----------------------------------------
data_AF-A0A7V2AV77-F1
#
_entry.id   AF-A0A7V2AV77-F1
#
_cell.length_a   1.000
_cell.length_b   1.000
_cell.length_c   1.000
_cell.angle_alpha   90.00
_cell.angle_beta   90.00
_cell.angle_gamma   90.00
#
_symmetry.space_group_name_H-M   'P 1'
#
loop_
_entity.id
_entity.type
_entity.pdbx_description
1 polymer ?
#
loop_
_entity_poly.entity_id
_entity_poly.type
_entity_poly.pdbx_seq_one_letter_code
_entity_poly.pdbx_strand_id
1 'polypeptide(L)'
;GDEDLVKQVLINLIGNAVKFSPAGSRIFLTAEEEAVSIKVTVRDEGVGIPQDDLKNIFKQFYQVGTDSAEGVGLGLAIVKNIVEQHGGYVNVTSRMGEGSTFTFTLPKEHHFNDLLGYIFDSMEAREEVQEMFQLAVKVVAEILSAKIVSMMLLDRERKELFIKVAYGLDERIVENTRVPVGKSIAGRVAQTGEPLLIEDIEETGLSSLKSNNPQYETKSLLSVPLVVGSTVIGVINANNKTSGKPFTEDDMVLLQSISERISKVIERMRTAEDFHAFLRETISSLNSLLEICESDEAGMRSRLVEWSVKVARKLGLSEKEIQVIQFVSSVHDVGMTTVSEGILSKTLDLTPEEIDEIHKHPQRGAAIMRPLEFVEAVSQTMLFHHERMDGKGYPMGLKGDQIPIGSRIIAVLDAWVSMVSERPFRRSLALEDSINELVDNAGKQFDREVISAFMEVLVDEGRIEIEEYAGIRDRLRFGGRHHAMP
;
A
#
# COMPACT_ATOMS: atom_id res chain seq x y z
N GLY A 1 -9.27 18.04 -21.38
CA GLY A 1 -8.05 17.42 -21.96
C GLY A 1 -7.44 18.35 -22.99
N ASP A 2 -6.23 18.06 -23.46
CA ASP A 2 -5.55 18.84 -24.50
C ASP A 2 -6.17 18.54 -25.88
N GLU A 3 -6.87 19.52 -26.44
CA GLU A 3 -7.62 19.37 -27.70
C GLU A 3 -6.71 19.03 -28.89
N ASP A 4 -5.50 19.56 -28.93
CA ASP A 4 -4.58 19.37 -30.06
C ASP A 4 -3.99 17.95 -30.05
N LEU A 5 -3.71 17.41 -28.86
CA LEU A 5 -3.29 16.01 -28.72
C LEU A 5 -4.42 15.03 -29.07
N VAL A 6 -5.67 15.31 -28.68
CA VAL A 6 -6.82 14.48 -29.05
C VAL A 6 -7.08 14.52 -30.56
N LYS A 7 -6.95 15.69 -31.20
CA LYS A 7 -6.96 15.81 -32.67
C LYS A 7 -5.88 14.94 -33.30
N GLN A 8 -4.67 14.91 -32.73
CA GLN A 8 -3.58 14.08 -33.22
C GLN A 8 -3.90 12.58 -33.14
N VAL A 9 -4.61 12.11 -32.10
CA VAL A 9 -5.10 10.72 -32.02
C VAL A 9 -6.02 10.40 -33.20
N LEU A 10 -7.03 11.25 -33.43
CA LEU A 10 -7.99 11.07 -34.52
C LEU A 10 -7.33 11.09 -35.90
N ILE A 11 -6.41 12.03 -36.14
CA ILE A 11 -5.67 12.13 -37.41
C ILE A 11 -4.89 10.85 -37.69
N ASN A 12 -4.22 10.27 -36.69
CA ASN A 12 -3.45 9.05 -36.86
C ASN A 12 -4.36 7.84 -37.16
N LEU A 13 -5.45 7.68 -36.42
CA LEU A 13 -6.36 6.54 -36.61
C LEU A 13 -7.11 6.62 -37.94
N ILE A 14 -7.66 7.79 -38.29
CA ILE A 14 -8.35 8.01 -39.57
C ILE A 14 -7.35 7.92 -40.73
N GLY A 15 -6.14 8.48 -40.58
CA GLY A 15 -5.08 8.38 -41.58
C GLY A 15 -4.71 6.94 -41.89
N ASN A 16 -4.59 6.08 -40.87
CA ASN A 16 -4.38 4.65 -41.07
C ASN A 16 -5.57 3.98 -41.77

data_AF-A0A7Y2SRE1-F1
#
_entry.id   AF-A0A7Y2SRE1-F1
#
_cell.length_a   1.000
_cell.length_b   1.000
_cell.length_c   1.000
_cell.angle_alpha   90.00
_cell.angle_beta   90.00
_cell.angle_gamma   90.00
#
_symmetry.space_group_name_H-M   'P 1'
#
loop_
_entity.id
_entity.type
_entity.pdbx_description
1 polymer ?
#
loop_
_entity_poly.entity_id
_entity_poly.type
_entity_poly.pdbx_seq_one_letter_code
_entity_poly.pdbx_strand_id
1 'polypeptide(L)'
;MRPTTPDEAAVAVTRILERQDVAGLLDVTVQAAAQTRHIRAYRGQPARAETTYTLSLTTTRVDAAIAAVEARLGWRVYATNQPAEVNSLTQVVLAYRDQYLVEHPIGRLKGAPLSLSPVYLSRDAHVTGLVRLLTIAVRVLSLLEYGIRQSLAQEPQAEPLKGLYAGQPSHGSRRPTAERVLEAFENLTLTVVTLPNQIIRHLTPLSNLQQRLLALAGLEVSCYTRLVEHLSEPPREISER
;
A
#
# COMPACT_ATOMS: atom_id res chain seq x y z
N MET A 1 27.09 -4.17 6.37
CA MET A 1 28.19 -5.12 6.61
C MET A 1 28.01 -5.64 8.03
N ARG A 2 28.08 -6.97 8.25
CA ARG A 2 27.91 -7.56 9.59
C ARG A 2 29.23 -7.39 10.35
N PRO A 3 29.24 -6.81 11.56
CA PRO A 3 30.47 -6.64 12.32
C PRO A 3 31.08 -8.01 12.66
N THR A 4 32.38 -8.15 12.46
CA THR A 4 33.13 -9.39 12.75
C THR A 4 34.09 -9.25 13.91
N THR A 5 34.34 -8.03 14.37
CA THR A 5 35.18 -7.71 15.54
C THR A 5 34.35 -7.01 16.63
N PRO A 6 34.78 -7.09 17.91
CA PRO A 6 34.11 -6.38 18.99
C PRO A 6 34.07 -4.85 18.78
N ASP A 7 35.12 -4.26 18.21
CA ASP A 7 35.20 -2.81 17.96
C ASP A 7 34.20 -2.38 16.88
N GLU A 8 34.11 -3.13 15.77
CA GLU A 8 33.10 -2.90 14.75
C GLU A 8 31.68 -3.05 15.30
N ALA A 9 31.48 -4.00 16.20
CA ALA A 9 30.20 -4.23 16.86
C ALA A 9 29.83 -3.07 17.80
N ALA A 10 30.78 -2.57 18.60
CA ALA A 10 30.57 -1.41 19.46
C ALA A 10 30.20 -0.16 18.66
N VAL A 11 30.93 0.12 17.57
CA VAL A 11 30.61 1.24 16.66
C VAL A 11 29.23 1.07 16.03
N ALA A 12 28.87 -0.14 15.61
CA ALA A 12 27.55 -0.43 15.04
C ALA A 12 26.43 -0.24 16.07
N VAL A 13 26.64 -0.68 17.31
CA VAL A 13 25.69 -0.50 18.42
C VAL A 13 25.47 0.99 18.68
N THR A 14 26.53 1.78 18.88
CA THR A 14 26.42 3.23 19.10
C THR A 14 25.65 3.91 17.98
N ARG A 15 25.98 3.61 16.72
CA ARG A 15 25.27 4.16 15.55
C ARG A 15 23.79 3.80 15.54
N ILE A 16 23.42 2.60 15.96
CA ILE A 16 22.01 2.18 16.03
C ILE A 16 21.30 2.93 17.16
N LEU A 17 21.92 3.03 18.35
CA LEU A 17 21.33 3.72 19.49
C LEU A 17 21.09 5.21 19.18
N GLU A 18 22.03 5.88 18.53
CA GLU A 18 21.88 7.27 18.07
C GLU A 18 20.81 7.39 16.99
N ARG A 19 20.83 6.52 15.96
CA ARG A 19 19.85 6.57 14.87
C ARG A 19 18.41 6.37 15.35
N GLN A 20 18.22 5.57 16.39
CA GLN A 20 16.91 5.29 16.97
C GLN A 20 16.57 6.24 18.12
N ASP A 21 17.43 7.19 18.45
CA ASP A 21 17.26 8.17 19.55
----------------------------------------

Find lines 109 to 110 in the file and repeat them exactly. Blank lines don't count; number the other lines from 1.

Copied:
N MET A 1 27.09 -4.17 6.37
CA MET A 1 28.19 -5.12 6.61